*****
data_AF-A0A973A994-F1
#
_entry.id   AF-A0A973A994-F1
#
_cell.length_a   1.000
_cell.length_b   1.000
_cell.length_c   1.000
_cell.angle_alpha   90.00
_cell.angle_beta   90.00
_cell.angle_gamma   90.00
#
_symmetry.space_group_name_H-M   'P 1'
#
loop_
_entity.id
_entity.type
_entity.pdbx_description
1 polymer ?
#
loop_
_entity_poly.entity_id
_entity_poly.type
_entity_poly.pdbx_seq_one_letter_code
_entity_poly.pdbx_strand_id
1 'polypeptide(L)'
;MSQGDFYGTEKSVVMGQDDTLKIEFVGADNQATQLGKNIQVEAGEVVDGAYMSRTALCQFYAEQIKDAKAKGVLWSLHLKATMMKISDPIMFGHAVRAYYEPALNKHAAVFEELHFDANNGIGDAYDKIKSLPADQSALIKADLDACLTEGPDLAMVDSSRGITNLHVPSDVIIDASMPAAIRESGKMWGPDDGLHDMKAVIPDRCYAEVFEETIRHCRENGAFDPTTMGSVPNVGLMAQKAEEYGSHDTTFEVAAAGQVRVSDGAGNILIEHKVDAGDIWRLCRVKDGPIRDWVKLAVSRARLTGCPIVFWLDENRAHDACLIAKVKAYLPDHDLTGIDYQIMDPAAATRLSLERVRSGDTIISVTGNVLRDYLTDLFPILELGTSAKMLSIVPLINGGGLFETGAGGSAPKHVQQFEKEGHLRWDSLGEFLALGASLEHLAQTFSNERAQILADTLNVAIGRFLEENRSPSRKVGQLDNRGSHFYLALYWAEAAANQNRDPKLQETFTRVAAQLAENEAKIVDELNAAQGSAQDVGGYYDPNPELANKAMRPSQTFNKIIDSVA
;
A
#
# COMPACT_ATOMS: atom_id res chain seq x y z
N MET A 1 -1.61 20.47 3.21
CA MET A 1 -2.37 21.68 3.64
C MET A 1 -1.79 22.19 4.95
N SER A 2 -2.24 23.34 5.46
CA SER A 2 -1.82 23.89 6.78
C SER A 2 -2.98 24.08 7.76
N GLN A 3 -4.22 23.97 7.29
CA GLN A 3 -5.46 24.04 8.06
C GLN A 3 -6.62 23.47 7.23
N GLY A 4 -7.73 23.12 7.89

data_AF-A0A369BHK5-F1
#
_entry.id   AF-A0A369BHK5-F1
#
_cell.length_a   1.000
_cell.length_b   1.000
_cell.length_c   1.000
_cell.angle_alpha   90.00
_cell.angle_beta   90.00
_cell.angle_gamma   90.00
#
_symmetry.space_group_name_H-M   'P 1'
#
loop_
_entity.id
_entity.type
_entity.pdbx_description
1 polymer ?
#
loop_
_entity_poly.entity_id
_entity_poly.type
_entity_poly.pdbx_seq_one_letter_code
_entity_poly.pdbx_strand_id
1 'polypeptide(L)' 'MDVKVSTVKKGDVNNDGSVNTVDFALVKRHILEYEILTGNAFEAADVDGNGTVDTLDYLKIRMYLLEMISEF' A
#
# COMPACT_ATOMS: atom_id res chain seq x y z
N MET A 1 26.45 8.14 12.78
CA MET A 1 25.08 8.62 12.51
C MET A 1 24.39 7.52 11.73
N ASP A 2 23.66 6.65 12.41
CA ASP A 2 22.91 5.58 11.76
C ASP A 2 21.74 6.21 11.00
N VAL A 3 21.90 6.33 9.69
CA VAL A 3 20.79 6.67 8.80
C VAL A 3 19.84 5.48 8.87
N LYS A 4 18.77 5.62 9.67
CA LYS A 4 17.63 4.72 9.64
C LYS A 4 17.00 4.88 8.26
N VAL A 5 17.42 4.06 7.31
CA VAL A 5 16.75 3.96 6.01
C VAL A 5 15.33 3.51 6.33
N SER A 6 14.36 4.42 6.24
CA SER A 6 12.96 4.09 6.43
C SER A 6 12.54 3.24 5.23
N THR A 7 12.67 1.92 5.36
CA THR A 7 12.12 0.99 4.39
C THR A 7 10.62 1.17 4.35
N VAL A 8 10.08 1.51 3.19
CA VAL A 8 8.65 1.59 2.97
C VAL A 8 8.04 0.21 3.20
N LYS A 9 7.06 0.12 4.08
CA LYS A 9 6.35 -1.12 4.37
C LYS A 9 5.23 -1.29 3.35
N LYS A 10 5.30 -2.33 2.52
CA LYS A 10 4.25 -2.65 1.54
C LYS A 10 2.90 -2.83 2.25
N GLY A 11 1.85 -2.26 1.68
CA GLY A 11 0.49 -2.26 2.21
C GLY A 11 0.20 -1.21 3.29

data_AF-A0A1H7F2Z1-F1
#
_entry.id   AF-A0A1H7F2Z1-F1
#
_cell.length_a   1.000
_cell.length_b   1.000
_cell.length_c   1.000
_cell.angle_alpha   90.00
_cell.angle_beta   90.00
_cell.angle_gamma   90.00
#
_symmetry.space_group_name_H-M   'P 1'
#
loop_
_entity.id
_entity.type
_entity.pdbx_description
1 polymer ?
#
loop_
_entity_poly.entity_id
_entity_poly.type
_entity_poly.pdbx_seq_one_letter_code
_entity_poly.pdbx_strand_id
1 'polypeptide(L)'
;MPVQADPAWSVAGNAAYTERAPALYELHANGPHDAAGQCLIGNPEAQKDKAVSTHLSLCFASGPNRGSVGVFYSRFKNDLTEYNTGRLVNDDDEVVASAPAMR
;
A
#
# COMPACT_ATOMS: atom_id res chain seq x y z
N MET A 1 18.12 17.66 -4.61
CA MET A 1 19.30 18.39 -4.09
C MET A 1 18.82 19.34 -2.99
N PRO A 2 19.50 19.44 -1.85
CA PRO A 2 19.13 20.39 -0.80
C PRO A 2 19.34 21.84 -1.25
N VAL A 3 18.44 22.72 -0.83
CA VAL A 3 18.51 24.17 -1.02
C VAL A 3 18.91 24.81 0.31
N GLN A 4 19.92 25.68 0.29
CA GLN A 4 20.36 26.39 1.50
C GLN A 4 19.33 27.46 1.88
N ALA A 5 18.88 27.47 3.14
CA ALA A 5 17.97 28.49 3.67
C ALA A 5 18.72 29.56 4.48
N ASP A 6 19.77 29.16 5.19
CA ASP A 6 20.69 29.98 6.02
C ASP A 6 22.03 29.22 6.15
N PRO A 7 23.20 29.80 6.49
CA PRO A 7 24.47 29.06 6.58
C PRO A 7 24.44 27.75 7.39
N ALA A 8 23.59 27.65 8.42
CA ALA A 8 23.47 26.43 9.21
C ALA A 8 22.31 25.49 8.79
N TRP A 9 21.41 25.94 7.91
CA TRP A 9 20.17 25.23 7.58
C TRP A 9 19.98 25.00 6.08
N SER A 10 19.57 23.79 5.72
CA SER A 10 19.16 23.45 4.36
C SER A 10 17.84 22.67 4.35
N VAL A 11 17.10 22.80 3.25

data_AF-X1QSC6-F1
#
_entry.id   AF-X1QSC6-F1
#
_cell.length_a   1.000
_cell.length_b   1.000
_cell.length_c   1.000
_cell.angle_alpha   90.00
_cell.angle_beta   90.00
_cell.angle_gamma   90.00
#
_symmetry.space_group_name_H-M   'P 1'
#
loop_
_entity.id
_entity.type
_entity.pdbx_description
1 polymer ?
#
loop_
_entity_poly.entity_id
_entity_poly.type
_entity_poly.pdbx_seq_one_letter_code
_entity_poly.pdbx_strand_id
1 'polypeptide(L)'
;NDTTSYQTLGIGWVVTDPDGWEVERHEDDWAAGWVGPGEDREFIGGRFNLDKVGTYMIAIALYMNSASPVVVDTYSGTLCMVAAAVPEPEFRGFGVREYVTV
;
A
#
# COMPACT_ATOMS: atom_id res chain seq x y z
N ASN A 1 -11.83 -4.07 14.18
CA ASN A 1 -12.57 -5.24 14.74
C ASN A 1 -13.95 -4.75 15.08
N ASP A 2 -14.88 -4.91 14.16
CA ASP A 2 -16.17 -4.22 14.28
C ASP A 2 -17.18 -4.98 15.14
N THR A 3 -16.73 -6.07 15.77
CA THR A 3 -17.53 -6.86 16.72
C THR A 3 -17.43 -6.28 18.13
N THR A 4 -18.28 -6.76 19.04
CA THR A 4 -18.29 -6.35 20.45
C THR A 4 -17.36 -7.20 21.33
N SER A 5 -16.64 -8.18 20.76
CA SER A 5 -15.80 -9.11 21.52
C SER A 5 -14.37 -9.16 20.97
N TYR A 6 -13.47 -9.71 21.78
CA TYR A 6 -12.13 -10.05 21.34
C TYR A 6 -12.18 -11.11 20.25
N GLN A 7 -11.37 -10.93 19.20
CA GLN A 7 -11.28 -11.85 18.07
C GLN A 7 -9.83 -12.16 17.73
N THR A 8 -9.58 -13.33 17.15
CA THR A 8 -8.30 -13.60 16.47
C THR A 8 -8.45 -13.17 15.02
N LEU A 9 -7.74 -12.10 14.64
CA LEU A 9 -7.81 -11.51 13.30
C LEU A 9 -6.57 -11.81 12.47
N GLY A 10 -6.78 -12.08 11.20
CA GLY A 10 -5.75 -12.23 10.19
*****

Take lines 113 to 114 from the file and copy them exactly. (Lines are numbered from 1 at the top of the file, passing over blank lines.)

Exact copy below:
#
loop_